Too many farmers take costly shortcuts when adding employees. Here are some blunders to avoid, according to Robert Milligan, senior consultant at Dairy Strategies based in Bruce, Wis., and Richard Hadden, a leadership consultant at Contented Cow Partners headquartered in Jacksonville, Fla.
1. Employ a haphazard process.
When your interviews are unstructured, you’re sending a message to the person you are interviewing, Milligan says. What kind of view will potential hires have of your business if their first impression is unstructured?
2. Hire whomever turns up.
Not everyone is cut out to commit to your standards, Hadden says. Look first at whether a prospective employee’s attitudes and values fi t with those of your organization. Then look at the other requirements you need for the position.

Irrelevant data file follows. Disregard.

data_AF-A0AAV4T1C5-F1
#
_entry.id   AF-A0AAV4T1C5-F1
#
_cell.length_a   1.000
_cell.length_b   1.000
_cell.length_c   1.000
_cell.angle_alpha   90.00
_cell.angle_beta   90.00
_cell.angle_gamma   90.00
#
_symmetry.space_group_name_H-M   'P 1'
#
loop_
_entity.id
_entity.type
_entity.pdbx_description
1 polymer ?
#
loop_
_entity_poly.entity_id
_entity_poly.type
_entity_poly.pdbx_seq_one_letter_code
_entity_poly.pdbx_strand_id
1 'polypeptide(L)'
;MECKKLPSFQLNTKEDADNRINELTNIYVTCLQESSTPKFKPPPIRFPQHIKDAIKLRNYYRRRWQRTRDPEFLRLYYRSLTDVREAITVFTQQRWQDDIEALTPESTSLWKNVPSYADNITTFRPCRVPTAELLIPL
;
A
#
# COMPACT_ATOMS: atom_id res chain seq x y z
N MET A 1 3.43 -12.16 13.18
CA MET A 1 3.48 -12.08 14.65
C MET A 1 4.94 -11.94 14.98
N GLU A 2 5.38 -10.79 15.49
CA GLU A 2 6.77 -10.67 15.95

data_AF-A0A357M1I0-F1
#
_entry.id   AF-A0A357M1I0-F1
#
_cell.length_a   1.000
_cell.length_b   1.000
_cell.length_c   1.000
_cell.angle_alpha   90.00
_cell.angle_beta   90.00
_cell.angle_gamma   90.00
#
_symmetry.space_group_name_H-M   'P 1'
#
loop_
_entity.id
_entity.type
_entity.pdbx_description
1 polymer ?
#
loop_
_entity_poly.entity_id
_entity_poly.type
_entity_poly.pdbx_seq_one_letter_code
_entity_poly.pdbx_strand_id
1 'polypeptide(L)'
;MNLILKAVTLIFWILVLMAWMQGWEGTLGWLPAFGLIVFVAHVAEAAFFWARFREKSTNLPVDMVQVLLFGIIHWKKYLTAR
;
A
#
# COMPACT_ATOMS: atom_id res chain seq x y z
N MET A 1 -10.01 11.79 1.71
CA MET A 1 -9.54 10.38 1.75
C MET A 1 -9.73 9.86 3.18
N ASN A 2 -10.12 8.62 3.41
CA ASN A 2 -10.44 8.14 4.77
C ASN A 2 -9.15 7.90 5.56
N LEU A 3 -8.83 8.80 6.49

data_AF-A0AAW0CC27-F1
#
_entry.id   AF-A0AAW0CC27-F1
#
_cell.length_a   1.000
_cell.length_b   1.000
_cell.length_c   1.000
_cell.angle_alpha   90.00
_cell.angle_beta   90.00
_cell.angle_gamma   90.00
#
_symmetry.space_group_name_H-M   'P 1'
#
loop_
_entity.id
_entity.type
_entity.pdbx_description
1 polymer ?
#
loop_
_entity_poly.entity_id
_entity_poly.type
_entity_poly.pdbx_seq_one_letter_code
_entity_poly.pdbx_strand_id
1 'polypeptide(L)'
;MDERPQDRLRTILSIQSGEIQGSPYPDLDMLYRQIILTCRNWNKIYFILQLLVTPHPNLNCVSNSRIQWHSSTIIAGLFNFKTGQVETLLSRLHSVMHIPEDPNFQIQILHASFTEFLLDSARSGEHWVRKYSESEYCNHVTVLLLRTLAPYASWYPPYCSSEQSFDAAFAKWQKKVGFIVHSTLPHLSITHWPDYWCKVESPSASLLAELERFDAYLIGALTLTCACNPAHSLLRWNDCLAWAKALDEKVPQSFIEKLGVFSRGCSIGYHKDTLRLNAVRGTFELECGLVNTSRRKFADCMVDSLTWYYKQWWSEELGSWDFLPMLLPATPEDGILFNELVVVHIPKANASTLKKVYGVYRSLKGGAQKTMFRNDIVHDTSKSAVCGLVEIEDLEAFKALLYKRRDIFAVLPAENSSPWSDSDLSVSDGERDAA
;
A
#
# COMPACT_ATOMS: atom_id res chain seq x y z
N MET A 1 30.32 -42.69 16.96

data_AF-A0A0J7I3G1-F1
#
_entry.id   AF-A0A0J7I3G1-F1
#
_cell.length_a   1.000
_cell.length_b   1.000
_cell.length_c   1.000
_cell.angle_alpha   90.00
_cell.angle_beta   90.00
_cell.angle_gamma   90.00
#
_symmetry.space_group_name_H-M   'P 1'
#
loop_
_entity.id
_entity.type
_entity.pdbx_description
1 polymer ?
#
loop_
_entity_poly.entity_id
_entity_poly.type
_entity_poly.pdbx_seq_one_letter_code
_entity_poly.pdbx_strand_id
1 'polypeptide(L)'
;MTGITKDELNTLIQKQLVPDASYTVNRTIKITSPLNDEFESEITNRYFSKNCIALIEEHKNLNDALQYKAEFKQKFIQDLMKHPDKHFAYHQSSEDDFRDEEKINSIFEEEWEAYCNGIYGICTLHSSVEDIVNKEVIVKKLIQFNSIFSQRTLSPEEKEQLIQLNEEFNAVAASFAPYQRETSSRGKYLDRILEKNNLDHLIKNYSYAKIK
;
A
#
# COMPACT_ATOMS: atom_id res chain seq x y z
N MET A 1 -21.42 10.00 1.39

3. Keep job descriptions unclear.
This is a recipe for disaster. Instead, identify the top three to five competencies that will enable an employee to succeed in a position, Milligan says. Use those competencies to shape recruitment and to draft interview questions.
4. Delay recruiting.
Never stop recruiting, Hadden says. It’s unwise to postpone recruiting the moment you have an opening because the probability of the best person having an opening in their career at the same time you have an opening is astronomical.